Other articles by the same author
Michael Johnston, retired schoolteacher, challenged six term incumbent Richard VanderMolen for the Kent County Commission seat in the 13th district.
At first, it was reported that Johnston had won by a narrow five votes, but later it was discovered that some errors had happened when entering ballots at one precinct. The correction of the error brought VanderMolen up with 32 more votes than Johnston.
Before the error was corrected, VanderMolen reported that he believed he had lost the race due to a third candidate who had garnered 6% of the votes.
"That was Judith Kapteyn," says Johnston. "I didn't know her, and I met her on the night of the Chamber of Commerce endorsed open forum. My opponent wasn't there, which was shocking actually. He was endorsed by the Chamber of Commerce. I got to know Judith-at least as much as you can when you're there. We were asked questions and Judith turned to me and said you know, you're more like what I'm running on with your background. She was running very much as a one-issue candidate, with the courts. And as I listened, I thought You're right Judith-I probably share a lot of your same views on that. Dick said that he thought that cost him votes, and I guess I would disagree. I mean, the candidate herself said I was probably more in agreement with her. I think it would probably have gone more [in my direction] if Judith hadn't been in the race, just based on her comments."
Johnston says he ran his campaign "on a shoestring," visiting over 2500 homes and speaking with over 1000 registered voters in his area.
"Out of that 1000, 11 people knew who their current county commissioner was. He's been in office 20 years-about half of those on the Kentwood School Board and the other half on the Kent County Commission, and so for me and the people in the area, it was kind of astonishing because good or bad, you usually hear something," says Johnston.
Johnston's campaign ran on the idea of keeping in very close contact with his constituents.
"I just believe that when you tap into the voters, and get their opinions, their views, their resources and then you talk back and forth, it really enriches the community. Especially now that we're so diverse, we're missing out on tremendous creativity," he says. "A lot of people don't know what the county commission does. I really believe as a retired teacher that you need to keep lines of communication open. It's fundamental. …I've heard all about the issues in Kentwood and I also heard great ideas [from the public] on how to handle them. None of that has been tapped into. So between Facebook, website, column maybe in the local paper, I intend [if I win] to keep very close relationship with the voters so it's a two-way communication."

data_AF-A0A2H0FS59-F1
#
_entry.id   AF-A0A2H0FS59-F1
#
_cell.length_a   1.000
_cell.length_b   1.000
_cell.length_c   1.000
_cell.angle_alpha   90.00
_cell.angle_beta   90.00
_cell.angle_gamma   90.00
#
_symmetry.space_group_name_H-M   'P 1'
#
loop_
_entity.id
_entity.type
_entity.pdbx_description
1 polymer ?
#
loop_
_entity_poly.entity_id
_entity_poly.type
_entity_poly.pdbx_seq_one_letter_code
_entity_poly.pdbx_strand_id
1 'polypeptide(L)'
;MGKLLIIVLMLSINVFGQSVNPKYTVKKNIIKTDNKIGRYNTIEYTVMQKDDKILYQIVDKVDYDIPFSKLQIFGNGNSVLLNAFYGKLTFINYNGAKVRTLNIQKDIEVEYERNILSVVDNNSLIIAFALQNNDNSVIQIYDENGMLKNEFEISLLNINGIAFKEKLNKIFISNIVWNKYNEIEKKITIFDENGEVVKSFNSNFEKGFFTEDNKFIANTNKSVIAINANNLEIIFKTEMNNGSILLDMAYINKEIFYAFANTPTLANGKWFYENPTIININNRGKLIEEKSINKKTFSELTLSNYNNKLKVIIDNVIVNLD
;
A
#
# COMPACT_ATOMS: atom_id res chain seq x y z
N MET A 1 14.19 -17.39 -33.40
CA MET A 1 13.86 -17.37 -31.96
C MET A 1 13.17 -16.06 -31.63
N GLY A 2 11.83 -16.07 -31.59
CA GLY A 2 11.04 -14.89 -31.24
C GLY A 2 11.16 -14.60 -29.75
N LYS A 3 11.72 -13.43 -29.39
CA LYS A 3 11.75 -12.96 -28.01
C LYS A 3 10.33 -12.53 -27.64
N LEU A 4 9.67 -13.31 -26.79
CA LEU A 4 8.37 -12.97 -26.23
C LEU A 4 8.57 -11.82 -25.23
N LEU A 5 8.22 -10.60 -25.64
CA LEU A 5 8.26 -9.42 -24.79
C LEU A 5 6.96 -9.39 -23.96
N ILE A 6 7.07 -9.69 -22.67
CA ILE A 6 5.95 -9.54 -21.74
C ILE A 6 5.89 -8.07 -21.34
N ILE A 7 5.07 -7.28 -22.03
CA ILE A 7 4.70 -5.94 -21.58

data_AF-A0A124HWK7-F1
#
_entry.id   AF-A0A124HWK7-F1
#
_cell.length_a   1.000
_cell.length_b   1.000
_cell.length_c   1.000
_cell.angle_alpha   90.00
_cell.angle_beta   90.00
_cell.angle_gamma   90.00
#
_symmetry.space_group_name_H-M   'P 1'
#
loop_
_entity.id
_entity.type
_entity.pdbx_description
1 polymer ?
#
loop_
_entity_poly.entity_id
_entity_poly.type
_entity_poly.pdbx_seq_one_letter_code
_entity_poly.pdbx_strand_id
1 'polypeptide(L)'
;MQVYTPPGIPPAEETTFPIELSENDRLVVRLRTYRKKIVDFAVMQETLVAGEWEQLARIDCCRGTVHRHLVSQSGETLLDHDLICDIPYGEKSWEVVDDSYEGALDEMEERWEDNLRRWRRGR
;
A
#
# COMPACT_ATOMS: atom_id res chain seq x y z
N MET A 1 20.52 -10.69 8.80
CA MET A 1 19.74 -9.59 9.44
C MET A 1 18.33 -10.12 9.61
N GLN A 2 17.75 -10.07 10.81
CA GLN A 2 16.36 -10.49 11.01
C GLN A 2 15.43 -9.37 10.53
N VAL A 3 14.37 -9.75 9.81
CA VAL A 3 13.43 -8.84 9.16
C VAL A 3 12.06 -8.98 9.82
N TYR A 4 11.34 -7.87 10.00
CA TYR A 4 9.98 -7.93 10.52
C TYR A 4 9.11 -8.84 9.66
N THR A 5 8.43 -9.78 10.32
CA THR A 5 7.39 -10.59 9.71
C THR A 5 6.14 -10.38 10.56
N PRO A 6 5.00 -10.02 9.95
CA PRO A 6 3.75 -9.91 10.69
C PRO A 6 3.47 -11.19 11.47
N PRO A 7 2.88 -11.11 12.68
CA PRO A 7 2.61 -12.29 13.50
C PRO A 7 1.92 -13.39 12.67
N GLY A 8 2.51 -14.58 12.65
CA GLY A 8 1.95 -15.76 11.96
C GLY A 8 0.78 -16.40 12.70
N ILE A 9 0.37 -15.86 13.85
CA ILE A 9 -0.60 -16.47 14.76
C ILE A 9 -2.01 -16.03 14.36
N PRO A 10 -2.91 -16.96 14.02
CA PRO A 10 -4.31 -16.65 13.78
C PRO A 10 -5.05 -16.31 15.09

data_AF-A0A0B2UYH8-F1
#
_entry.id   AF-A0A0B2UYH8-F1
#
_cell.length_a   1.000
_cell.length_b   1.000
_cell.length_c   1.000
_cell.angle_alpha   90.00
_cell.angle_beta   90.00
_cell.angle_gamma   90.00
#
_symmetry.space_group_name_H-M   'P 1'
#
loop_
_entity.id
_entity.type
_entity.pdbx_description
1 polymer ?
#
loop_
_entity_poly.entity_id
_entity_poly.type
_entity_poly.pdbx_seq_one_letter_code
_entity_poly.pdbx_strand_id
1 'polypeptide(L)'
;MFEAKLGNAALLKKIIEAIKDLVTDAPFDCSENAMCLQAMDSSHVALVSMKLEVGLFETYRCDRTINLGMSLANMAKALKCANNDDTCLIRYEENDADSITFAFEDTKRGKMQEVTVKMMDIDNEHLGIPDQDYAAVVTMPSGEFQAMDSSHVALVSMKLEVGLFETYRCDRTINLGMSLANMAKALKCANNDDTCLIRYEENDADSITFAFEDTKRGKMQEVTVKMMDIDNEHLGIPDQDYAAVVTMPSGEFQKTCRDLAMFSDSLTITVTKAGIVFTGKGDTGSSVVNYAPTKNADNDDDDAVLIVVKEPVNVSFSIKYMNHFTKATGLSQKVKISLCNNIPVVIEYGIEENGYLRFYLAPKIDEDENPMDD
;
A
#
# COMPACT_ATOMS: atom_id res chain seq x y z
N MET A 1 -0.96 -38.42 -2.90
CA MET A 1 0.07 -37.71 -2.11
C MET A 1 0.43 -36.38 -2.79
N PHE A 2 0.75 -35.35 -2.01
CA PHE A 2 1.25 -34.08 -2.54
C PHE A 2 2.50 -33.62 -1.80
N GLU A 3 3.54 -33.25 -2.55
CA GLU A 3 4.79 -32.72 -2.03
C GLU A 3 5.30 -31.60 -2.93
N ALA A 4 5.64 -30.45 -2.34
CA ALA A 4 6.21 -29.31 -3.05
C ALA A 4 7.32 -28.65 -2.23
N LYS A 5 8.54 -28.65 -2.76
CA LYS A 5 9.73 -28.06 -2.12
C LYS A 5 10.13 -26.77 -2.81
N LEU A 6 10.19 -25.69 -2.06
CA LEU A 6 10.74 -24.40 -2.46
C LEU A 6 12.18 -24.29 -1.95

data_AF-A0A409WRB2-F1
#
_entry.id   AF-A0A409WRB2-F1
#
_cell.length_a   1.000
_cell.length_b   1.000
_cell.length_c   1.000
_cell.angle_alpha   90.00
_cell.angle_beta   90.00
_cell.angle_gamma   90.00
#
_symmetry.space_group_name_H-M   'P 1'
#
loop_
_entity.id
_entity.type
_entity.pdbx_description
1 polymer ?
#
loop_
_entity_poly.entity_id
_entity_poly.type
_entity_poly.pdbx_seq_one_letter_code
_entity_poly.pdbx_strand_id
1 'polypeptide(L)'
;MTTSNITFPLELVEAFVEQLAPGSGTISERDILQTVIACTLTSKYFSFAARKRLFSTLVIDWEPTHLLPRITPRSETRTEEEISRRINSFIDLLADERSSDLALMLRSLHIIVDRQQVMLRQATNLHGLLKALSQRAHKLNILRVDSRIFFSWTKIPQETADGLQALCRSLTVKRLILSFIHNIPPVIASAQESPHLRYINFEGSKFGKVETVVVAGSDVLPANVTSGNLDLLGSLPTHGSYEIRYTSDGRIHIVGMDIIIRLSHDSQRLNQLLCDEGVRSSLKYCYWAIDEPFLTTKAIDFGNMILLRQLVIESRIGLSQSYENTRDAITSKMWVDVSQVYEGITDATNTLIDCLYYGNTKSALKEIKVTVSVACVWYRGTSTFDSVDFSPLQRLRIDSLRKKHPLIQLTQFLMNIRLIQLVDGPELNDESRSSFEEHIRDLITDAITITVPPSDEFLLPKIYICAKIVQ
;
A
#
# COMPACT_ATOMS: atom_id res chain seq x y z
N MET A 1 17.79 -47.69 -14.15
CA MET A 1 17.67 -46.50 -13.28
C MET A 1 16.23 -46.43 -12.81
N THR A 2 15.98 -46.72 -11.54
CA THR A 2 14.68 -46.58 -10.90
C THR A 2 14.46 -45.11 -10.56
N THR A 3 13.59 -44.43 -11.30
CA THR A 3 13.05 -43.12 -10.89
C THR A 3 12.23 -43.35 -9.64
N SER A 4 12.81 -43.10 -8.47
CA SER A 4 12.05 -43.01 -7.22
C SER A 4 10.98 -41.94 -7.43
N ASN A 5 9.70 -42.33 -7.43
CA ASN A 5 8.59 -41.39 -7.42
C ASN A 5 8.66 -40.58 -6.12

Johnston's favorite part of the campaign, he says, was getting to know voters and helping first-time voters-especially on election day when he had the chance to help many first-time voters, new citizens in Kentwood, understand their ballot.
"I was there 13 hours [in the parking lot on election day], and many were first-time voters. I'm proud to say that I helped over 200 of them with a rather complicated ballot," he says. "It was one of the highlights of my whole campaign. You know, you're allowed to campaign beyond the 100 foot mark from the door, and I was 200 feet. So I had a card table and I had the ballots on foam core so people could come over and I would help them. It was a complicated ballot for everybody, much less first time citizens."
Johnston says he feels it is part of the job of the commissioner to represent those new citizens.
"Kentwood is an incredibly diverse community. It's changed dramatically even since 2008. As you know, West Michigan was basically settled by immigrants-originally they were Dutch and Polish and German… fast forward, we have a large immigrant population. On the Board of Commissioners, one of the biggest things is to represent all of those new citizens, just like back then. It took a while for those new citizens to get integrated fully," he says.
It is still to be determined if Johnston will be able to represent the citizens in his district. Currently, the vote tally is in official canvassing, which will be completed November 20, after which point Johnston will have a chance to challenge the canvassing and ask for a recount, if he desires to do so. Either way, says Johnston, he ran a good campaign.
"We went door to door and my opponent has been in office for 12 years, six terms, and most people didn't know him. I think that going door to door and running a very grassroots campaign is why we came so close to winning. I have no regrets. Even if it looks like I have lost, I can't think of anything differently that I would do," says Johnston. "I loved hearing the voters' stories."
Please note: The above video was created, says Johnston, as an homage to the late Minnesota Senator Paul Wellstone, who created a now famous 30 second commercial called "Fast Paul" to announce his grass roots.
red penner, ink slinger, visual journaler, storyteller...and former editor of The Rapidian.